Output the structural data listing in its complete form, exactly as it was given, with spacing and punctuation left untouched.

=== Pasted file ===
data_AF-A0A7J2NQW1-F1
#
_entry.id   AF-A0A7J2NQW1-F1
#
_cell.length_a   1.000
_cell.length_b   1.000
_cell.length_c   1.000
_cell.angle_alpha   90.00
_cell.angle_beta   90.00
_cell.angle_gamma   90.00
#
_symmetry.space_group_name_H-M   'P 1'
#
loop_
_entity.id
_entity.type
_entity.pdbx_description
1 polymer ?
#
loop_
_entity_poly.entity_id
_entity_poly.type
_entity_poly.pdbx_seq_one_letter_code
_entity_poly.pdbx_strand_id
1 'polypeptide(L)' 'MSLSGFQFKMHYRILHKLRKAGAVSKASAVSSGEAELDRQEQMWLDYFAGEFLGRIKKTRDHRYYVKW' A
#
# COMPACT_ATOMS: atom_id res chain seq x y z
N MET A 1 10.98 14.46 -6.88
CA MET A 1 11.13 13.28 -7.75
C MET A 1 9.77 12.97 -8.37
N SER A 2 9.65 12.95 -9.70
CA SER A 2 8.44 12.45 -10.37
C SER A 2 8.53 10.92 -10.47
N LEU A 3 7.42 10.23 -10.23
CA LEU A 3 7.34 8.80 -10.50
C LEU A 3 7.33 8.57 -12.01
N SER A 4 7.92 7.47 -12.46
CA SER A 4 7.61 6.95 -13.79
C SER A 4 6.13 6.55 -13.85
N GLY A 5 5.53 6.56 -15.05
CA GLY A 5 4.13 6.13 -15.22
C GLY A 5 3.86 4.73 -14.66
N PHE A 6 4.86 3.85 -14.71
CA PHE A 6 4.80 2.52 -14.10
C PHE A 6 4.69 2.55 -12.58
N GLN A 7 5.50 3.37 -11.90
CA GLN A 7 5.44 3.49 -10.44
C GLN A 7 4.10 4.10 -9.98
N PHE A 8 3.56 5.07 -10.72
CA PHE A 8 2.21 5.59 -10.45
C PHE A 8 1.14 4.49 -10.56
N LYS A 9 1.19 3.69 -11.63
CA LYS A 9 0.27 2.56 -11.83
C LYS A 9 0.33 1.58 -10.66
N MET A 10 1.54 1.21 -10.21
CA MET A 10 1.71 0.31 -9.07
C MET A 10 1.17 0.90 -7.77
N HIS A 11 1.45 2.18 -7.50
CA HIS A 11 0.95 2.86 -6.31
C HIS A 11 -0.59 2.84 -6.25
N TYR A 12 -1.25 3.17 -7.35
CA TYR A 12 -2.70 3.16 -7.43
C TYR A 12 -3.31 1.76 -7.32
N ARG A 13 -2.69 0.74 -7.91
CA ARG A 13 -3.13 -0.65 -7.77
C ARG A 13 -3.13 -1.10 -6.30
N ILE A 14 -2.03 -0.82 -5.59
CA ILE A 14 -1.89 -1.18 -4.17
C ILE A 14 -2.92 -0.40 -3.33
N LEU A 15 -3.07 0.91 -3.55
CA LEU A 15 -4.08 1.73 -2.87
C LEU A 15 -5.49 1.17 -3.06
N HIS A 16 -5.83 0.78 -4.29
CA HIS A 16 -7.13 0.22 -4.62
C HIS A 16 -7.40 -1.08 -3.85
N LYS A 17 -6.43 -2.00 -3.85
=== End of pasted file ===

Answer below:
data_AF-A0A7J2NQW1-F1
#
_entry.id   AF-A0A7J2NQW1-F1
#
_cell.length_a   1.000
_cell.length_b   1.000
_cell.length_c   1.000
_cell.angle_alpha   90.00
_cell.angle_beta   90.00
_cell.angle_gamma   90.00
#
_symmetry.space_group_name_H-M   'P 1'
#
loop_
_entity.id
_entity.type
_entity.pdbx_description
1 polymer ?
#
loop_
_entity_poly.entity_id
_entity_poly.type
_entity_poly.pdbx_seq_one_letter_code
_entity_poly.pdbx_strand_id
1 'polypeptide(L)' 'MSLSGFQFKMHYRILHKLRKAGAVSKASAVSSGEAELDRQEQMWLDYFAGEFLGRIKKTRDHRYYVKW' A
#
# COMPACT_ATOMS: atom_id res chain seq x y z
N MET A 1 10.98 14.46 -6.88
CA MET A 1 11.13 13.28 -7.75
C MET A 1 9.77 12.97 -8.37
N SER A 2 9.65 12.95 -9.70
CA SER A 2 8.44 12.45 -10.37
C SER A 2 8.53 10.92 -10.47
N LEU A 3 7.42 10.23 -10.23
CA LEU A 3 7.34 8.80 -10.50
C LEU A 3 7.33 8.57 -12.01
N SER A 4 7.92 7.47 -12.46
CA SER A 4 7.61 6.95 -13.79
C SER A 4 6.13 6.55 -13.85
N GLY A 5 5.53 6.56 -15.05
CA GLY A 5 4.13 6.13 -15.22
C GLY A 5 3.86 4.73 -14.66
N PHE A 6 4.86 3.85 -14.71
CA PHE A 6 4.80 2.52 -14.10
C PHE A 6 4.69 2.55 -12.58
N GLN A 7 5.50 3.37 -11.90
CA GLN A 7 5.44 3.49 -10.44
C GLN A 7 4.10 4.10 -9.98
N PHE A 8 3.56 5.07 -10.72
CA PHE A 8 2.21 5.59 -10.45
C PHE A 8 1.14 4.49 -10.56
N LYS A 9 1.19 3.69 -11.63
CA LYS A 9 0.27 2.56 -11.83
C LYS A 9 0.33 1.58 -10.66
N MET A 10 1.54 1.21 -10.21
CA MET A 10 1.71 0.31 -9.07
C MET A 10 1.17 0.90 -7.77
N HIS A 11 1.45 2.18 -7.50
CA HIS A 11 0.95 2.86 -6.31
C HIS A 11 -0.59 2.84 -6.25
N TYR A 12 -1.25 3.17 -7.35
CA TYR A 12 -2.70 3.16 -7.43
C TYR A 12 -3.31 1.76 -7.32
N ARG A 13 -2.69 0.74 -7.91
CA ARG A 13 -3.13 -0.65 -7.77
C ARG A 13 -3.13 -1.10 -6.30
N ILE A 14 -2.03 -0.82 -5.59
CA ILE A 14 -1.89 -1.18 -4.17
C ILE A 14 -2.92 -0.40 -3.33
N LEU A 15 -3.07 0.91 -3.55
CA LEU A 15 -4.08 1.73 -2.87
C LEU A 15 -5.49 1.17 -3.06
N HIS A 16 -5.83 0.78 -4.29
CA HIS A 16 -7.13 0.22 -4.62
C HIS A 16 -7.40 -1.08 -3.85
N LYS A 17 -6.43 -2.00 -3.85